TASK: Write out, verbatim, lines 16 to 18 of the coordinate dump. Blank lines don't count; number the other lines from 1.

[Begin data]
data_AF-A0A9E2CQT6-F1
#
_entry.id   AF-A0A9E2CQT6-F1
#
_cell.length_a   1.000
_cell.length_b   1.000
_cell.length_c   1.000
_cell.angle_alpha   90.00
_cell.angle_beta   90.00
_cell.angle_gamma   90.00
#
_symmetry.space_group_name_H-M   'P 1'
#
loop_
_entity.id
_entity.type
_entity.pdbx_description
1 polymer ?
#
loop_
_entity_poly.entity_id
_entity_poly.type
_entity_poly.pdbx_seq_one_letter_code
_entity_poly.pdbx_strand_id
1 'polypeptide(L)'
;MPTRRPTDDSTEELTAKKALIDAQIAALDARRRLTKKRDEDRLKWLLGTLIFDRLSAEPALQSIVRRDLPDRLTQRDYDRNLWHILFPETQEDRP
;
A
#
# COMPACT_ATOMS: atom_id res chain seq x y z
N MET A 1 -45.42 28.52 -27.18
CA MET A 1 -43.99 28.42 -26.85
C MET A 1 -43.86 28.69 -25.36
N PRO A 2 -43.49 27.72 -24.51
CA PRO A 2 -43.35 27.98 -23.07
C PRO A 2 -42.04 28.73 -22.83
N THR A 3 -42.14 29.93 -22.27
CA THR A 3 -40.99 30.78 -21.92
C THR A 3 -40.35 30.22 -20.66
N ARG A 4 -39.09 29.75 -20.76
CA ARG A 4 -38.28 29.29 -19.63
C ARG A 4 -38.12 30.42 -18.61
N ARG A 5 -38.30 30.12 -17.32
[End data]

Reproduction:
_entity.type
_entity.pdbx_description
1 polymer ?